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amined by Henry Parker and Robert Gilbert, two of the bailiffs of Savannah aforesaid, touching a report that had been spread in the camp of St. Simons, in this province. To wit, that General Oglethorpe was under confinement in Charleston, which the soldiers were glad of; and that the soldiers should say, that if he should return to St. Simons he would be shot; and that if one would not shoot him, another would ; and that when they had done it, they would fly to St. Augustine; all which words and report the said Henry Parker and Robert Gilbert charged these deponents with, as the authors; which charge these deponents utterly denied, and petitioned the said bailiffs that they might have liberty to go to the camp at St. Simons aforesaid, to answer to the said charge before General Oglethorpe, which was accordingly granted ; and these deponents were next day sent thither, under the care of Lieutenant William Horton. And these deponents further say, that some few days after, they were brought before and examined by the said General Oglethorpe, at Frederica, on the said island of St. Simons, concerning the said report; the first part of which, to wit, that General Oglethorpe was under confinement in Charleston, these deponents acknowledged themselves to have uttered, and said in vindication thereof, that so much of the said report as last mentioned, was current in the camp, and that these deponents first heard it there ; and as to the other part of the said report, these deponents utterly denied to have ever so much as heard of the same, till they were charged therewith ; whereupon the said General Oglethorpe examined these deponents separately. And this deponent, Andrew Neilson, for himself saith, that the said General Oglethorpe asked this deponent, if he never heard his owner, Mr. Robert Williams, spread the said report, which this deponent denying, the said General Oglethorpe then insisted that the said Robert Willianis must have persuaded this deponent to have spread the said report, which this deponent again utterly denied, and said it was hard to accuse an innocent man. And this deponent, Andrew Neilson, for himself further saith, that the said General Oglethorpe, after having endeavored to induce this deponent to accuse the said Robert Williams, as the author of the said report, by several cross questions, he then told this deponent, that he, the said General Oglethorpe, bad been endeavoring to plead for him,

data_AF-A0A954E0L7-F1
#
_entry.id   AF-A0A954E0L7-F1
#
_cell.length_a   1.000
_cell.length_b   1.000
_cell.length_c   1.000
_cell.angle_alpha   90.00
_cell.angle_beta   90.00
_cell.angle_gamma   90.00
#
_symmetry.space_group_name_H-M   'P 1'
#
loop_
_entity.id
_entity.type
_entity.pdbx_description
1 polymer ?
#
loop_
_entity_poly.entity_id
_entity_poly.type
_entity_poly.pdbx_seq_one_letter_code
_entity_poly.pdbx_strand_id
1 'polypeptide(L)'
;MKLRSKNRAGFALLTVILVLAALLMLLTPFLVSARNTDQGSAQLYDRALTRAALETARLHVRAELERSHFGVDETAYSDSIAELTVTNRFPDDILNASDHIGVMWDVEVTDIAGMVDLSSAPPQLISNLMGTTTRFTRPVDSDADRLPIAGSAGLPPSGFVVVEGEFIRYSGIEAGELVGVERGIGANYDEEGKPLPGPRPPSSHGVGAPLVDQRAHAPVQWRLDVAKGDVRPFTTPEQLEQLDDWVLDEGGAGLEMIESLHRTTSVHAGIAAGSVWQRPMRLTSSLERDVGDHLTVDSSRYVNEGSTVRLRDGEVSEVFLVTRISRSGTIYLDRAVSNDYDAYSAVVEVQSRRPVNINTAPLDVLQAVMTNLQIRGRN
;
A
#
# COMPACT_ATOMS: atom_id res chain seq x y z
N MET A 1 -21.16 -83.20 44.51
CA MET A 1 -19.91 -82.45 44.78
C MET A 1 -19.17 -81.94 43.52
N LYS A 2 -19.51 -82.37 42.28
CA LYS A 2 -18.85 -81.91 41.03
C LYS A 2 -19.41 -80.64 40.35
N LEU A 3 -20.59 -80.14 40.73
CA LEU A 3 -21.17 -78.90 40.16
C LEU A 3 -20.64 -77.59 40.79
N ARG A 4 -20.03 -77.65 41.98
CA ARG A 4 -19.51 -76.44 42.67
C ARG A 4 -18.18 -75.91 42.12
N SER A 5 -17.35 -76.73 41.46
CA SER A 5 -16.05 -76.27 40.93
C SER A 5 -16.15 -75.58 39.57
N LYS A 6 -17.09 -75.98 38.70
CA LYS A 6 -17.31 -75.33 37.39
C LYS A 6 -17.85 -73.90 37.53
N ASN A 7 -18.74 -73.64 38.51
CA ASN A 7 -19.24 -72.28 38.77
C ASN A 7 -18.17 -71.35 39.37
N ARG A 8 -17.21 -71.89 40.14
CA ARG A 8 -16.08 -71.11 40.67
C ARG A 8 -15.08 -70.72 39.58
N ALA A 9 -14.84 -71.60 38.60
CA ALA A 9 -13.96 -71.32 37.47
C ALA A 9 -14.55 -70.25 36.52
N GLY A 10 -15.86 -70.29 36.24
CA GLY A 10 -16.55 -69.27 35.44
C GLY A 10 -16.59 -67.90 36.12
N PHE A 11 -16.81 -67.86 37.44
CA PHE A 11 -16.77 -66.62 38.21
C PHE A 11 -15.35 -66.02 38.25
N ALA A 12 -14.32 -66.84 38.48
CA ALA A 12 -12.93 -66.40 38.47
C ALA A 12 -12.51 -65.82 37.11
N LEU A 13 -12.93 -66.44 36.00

this deponent, and would put words into his mouth if he had a mind to save himself. But this deponent still denying to accuse the said Robert Williams, the said General Oglethorpe then endeavored to intimidate this deponent by several threats; and among others, told this deponent that unless he would say that the said Robert Williams had spoke or raised the aforesaid report, he, the said General Oglethorpe, would order the soldiers to be under arms, and would turn this deponent loose among them, and leave him to their mercy. And this deponent, Thomas Conn, for himself saith, that the said General Oglethorpe asked this deponent the same questions, or to the same purpose; and endeavored to persuade this deponent to accuse the said Robert Williams, as the author of the said report, by fair words and threats, in the manner as the other deponent, Andrew Neilson, hath before deposed, or by words to the very same effect and meaning. And these deponents both say, that after the said General Oglethorpe had examined them separately, they were both brought before him together, and he then again told them, that he would order the soldiers to be drawn out under arms, and would turn these deponents loose among them, and leave them to their mercy; for there was not a man among them but would die for him. And lastly, these deponents say, that the said General Oglethorpe cast several reflections on the said Robert Williams about cattle stealing ; and a short time afterwards, Lieutenant William Horton advised these deponents to petition General Oglethorpe to be discharged, which they accordingly did ; and soon after the said Lieutenant William Horton came and told them, that the said General Oglethorpe ordered that they should make the best of their way to Savannah; and that the said Lieutenant William Horton provided them a passage in the scoutboat; and further these deponents say not.


Sworn this 20th day of May, 1739, before me.



No. XIV.

From Savannah.